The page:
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AT THIS HOUR WITH BERMAN AND MICHAELA
Priebus Brokering Peace Talks Between Trump & Ryan; Trump Begins Weighing VP Options; FBI to Question Hillary Clinton in E-mail Probe; Republicans and the Latino Vote. Aired 11:30a-Noon ET
Aired May 6, 2016 - 11:30 ET
THIS IS A RUSH TRANSCRIPT. THIS COPY MAY NOT BE IN ITS FINAL FORM AND MAY BE UPDATED.
JOHN BERMAN, CO-HOST, AT THIS HOUR: So some Republican leaders, including Paul Ryan, still not willing to back Donald Trump. Others, though, say they feel vindicated since he has become the presumptive presidential nominee for the Republican Party.
KATE BOLDUAN, CO-HOST, AT THIS HOUR: And Kansas's secretary of State, Kris Kobach, he is one of them. He was the only state-wide official to endorse Donald Trump ahead of the Kansas contest, and he is joining us right now.
Mr. Secretary, thank you so much for joining us.
KRIS KOBACH, KANSAS SECRETARY OF STATE: My pleasure.
BOLDUAN: OK. So John and I, we said earlier we were floored when Paul Ryan came out and said what he did, that he was -- could not back Donald Trump yet, his refusal to get behind Donald Trump. What do you make of it?
KOBACH: I think this is just sort of a temporary message he's trying to send on behalf of his caucus. I think it's going to be a tempest in a teapot, though, because within a week or so, they're going to be completely, you know, linked together arm in arm. And the reason is they have to be.
Paul Ryan, if he wants to get any of his agenda passed in the future, he needs a Republican president to sign those bills. Trump, if he wants his agenda to move forward in Congress, he needs someone who can cooperate with him, an ally as speaker. So neither one of them can afford to alienate the other anymore.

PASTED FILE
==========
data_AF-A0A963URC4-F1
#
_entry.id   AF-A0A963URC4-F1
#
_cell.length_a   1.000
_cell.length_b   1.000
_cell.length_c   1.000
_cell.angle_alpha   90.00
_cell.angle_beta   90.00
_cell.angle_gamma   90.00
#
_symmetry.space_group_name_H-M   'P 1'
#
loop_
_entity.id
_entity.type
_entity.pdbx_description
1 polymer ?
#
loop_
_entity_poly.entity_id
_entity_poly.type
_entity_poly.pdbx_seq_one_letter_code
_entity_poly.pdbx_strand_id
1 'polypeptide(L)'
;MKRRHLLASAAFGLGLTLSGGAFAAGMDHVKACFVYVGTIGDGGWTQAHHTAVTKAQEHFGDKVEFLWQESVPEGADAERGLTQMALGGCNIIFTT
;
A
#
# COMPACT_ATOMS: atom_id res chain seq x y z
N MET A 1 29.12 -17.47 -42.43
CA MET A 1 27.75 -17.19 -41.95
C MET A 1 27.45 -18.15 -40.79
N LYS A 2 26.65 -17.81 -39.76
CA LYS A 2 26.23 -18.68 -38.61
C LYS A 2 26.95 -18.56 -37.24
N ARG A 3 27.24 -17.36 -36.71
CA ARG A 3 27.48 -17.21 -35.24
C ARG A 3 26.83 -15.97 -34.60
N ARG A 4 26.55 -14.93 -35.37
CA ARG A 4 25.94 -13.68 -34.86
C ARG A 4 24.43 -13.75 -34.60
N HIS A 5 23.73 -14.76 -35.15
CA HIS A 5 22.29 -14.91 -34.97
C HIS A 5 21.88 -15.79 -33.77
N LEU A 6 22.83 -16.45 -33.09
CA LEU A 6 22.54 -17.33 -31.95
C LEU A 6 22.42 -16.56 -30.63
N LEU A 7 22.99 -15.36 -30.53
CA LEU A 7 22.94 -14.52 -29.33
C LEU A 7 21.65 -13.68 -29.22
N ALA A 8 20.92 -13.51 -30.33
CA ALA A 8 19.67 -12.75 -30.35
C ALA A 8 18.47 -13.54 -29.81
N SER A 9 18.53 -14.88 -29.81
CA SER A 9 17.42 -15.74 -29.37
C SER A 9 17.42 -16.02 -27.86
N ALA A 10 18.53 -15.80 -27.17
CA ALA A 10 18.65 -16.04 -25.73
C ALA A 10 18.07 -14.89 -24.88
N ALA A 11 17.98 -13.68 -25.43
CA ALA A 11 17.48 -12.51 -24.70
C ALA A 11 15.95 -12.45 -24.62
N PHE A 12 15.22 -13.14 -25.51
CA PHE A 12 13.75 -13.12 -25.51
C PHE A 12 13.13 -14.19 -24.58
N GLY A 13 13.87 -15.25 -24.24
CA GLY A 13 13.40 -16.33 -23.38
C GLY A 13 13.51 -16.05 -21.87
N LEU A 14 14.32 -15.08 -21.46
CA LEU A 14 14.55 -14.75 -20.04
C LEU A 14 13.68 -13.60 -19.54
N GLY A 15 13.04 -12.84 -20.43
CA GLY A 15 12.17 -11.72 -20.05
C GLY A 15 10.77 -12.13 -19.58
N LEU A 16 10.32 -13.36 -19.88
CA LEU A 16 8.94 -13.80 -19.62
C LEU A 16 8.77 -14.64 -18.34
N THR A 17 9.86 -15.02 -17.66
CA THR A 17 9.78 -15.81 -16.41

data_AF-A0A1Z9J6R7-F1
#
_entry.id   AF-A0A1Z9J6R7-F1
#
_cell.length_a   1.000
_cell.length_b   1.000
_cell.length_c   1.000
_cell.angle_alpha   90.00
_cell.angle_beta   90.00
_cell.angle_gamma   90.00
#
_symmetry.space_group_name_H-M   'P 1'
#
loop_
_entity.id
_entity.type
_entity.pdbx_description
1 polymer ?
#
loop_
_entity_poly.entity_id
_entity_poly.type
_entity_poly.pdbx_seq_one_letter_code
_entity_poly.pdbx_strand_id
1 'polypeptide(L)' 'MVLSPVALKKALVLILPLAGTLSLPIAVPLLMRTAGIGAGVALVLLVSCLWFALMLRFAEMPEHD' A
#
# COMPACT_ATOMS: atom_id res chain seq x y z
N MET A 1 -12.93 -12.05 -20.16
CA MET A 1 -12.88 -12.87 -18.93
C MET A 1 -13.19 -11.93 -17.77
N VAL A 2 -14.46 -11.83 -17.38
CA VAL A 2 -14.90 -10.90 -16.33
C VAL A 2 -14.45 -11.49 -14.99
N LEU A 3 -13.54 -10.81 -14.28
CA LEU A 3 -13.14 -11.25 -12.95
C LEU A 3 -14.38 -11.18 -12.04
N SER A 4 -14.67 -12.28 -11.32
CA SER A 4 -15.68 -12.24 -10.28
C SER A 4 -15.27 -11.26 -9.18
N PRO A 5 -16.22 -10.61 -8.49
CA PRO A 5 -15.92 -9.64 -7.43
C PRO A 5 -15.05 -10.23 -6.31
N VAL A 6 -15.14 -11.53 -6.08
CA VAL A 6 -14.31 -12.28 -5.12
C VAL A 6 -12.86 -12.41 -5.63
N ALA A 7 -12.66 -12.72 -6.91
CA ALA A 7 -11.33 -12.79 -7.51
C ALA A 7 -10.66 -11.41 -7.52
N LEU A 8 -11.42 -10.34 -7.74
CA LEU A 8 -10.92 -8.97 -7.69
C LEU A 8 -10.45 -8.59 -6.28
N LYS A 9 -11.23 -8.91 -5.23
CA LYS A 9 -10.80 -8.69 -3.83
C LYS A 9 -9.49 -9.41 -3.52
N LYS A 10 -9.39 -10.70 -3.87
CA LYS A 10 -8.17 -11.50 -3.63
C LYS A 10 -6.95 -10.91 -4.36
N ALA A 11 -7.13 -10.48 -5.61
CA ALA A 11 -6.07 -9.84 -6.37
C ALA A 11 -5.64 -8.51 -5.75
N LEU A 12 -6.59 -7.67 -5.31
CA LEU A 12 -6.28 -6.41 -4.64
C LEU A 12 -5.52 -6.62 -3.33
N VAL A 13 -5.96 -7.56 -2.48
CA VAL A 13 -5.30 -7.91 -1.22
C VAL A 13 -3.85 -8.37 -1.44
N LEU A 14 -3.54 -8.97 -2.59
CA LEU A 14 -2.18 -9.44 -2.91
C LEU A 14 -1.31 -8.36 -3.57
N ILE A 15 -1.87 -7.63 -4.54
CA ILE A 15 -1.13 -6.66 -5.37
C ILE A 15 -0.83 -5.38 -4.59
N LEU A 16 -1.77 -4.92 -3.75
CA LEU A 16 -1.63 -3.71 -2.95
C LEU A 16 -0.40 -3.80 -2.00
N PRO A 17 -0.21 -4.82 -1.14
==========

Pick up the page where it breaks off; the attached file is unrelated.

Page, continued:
BERMAN: Who do you think represents more of the Republican Party now, though? I mean Donald Trump just finished a very long, you know, primary process with more votes than any other candidate. Is it him, or is it the speaker?
KOBACH: Well, I'd have to say it's Donald Trump. I mean the speaker, he represents the Republican caucus in Congress, but he isn't out there, you know, running in various states.
I like to think of the Republican Party as a bunch of segments. So think of it this way. You've got the populist conservatives and the anti-illegal immigration conservatives. That's Trump's base. He's already got them.
You have evangelical and social conservatives, and I count myself in several of these groups. The majority of those voted for Trump. The rest will come on board because the specter of Hillary Clinton appointing someone to the Supreme Court is, you know, absolutely something that they cannot see happen. They'll be on board.
You have the party loyalists. They'll be on board as soon as he is the nominee, because they always support the nominee.
The ones he's going to have the hardest time and he may not get are the country club Republicans, the socially moderate ones, the Rockefeller Republicans of years ago. But I don't think he necessarily needs those individuals. It's a very small contingent of the Republican Party today, and he can rely more on the blue collar workers that have been such staunch supporters.
So, you know, I think he will get enough of the Republican base behind him that he'll be fine in the end.